A life in and out of poverty
If Clark had all of her work goals met at Routt County’s DHS office, well, she wouldn’t have a job.
DHS strives to provide those living in poverty with the help they need. With Clark at the helm, things such as medical benefits, child support services and temporary financial assistance are available to those struggling in various areas.
But Clark has a grander vision — one that goes beyond getting people back on their feet and focuses on helping individuals thrive without any direct help from DHS.
“We’re all pretty good about getting people what they need,” Clark said. “We are getting people eligible for Medicaid or food assistance, but it gets discouraging when we keep just giving out assistance. It feels so much better to give them the tools that they need.”
She jokes that DHS would be out of business if her vision became a reality, but the growing numbers at or below Routt County’s poverty threshold are a much more serious matter.
Clark said that in January 2013, those receiving Medicaid benefits in Routt County surpassed 10 percent, with 2,420 residents of the county’s nearly 24,000-person population enrolled in the government program.
When Clark moved from Mesa County to Routt County more than five years ago to direct DHS, she noticed that the common perception of vast wealth in Steamboat and the surrounding area was masking a bigger issue.
“A lot of people who are working in this community are struggling to make ends meet,” Clark said. “It became very apparent to me that we do have an issue with poverty in Routt County.”
So one of Clark’s first lines of business when she moved to Routt County in 2009 was to bring the Bridges Out of Poverty framework training to those who need it.
She said the training was introduced, and community response took traction and has been evolving ever since.
Participants in the training are referred to as “investigators” and are paid and provided extra incentives to be in the classes. The goal is simple: Educate community stakeholders about the program and what it’s like for those across the county living in poverty, “so they are more aware of the barriers and challenges,” First Impressions of Routt County program coordinator Stephanie Martin said.
Part of the training involves attendance at Routt County Bridges Initiative’s Getting Ahead in a Just Gettin’ by World course, in which participants run through a series of classes, learn about the resources available, develop a plan and gear up for a future above the poverty threshold.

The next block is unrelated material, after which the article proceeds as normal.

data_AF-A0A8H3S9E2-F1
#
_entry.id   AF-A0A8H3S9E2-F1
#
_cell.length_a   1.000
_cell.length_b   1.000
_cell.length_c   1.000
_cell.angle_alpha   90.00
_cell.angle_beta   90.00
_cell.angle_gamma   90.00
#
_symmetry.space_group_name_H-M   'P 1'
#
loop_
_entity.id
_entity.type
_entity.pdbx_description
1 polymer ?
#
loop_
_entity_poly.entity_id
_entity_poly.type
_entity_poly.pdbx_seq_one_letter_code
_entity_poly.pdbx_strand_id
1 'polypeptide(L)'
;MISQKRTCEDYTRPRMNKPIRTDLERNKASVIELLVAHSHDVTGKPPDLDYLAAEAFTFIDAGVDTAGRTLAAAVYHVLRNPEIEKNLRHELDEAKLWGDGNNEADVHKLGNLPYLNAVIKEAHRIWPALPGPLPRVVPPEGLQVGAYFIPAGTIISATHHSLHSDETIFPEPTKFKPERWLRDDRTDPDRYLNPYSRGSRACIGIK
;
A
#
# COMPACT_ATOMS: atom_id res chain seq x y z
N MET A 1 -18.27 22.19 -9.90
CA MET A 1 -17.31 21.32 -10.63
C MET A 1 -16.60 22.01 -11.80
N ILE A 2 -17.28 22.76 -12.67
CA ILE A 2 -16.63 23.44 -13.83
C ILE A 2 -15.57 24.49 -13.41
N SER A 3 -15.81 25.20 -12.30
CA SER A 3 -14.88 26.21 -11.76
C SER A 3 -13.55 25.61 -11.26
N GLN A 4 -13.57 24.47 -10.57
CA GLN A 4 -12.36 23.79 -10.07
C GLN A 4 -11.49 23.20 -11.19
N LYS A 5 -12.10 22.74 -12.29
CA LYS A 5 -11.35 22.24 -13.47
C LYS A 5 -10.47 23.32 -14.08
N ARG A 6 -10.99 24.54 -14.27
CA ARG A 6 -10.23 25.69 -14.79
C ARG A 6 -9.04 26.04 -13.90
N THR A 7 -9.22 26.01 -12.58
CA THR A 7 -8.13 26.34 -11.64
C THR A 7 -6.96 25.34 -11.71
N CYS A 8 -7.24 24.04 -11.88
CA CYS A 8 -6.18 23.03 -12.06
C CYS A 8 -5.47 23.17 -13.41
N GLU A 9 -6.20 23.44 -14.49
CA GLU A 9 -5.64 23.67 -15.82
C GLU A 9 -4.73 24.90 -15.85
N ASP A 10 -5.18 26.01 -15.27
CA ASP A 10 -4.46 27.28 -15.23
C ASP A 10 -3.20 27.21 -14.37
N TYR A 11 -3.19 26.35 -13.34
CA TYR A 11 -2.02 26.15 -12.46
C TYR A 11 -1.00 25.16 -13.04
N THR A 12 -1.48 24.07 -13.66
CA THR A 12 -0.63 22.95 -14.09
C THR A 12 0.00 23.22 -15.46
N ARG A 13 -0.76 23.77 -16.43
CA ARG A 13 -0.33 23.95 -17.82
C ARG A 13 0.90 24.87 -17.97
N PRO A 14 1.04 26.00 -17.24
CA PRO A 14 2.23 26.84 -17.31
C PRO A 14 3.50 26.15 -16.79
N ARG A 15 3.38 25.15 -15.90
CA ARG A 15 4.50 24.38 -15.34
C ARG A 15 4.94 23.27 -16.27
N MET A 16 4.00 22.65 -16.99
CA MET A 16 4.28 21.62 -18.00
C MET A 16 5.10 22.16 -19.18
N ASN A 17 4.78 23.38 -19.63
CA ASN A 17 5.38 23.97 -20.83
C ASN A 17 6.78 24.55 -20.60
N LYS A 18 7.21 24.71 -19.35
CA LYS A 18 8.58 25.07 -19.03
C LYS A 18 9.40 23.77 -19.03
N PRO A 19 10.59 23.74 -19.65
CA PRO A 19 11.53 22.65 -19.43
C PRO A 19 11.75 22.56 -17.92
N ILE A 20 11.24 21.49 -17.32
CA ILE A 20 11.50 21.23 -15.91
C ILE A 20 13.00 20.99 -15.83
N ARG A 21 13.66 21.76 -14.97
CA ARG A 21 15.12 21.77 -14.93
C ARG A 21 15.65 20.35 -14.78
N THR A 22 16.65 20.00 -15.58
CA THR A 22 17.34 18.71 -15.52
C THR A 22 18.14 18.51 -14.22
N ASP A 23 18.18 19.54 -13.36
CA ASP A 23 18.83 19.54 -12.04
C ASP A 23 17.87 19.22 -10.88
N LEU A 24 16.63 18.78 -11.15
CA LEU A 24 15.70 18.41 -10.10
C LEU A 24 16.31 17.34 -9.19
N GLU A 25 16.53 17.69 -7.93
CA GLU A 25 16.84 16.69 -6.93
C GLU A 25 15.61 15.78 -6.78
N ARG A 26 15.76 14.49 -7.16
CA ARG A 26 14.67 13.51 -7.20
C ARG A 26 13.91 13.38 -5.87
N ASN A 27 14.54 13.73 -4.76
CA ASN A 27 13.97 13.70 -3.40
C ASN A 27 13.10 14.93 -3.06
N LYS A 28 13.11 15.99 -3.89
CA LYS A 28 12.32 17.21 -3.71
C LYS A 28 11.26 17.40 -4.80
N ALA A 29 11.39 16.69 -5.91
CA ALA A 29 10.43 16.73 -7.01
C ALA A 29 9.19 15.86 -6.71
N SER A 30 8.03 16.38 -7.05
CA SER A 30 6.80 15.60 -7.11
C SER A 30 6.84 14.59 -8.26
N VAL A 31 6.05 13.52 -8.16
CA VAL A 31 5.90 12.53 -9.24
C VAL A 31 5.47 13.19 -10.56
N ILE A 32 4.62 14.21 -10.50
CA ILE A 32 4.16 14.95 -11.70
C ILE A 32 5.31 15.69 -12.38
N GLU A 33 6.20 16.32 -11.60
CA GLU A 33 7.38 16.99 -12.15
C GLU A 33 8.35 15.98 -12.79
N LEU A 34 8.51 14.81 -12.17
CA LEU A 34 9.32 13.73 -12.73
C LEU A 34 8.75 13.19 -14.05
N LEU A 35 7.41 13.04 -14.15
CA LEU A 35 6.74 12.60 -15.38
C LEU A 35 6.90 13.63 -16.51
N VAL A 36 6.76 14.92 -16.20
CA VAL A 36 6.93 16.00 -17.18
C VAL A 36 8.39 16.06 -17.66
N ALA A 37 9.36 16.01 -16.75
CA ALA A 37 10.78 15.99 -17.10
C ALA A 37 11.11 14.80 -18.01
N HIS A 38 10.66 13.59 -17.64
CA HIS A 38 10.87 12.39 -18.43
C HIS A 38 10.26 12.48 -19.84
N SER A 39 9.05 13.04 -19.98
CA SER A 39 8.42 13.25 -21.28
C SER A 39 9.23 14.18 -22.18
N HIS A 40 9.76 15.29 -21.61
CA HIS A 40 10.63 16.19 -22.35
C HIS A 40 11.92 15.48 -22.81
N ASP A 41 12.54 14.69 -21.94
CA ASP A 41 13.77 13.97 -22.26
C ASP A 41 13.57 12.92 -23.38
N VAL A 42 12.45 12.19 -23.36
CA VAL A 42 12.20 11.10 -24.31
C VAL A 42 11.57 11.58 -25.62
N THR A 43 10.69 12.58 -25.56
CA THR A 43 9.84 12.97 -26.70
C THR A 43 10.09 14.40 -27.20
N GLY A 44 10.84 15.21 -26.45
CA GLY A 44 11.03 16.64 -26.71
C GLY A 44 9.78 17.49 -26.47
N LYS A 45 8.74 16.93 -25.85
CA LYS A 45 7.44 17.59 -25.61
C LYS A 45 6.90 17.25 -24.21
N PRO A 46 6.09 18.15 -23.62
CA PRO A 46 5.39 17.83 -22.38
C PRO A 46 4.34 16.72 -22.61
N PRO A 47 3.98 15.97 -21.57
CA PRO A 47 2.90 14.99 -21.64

The Bridges committee, made up of leaders from DHS, LIFT-UP of Routt County and Routt County United Way, have invested heavily in the program, and Martin is optimistic about its future.
“It’s pretty exciting that we’re having our executive committee putting money forward and being able to slowly get additional funding,” Martin said.
The program took a big step forward last fall when the Craig-Scheckman Family Foundation Youth Advocacy Project provided enough money to hire a dedicated Bridges coordinator, Libby Foster.
Foster’s job is to stay in close contact with Getting Ahead graduates by meeting with them one on one to examine their personal plans and getting them the assistance they may still need.
Foster, who is just a little more than a month into her new gig, said past and upcoming graduates have been very receptive to the Bridges Initiative program.
“I’m so happy to be in this position,” Foster said. “There’s a lot of work to be done and questions to be answered. We are all working together with these participants to get folks up and out of poverty.”
So with help from the Colorado Community Action Association, Clark and company were able to secure a poverty simulation kit, valued at $3,000.
When Bridges introduced the simulation for the first time to Routt County earlier this month, Foster called it a powerful and empowering experience as she observed those who generally do not struggle wearing the hats of those who do.
And for Clark — who previously participated in a simulation in a different county — acting as a social services receptionist in the simulation opened her eyes to what her staff at DHS encounter on an almost daily basis.
But most of all, the exercise showed her what a growing number of Routt County residents endure, struggling to make ends meet day in and day out.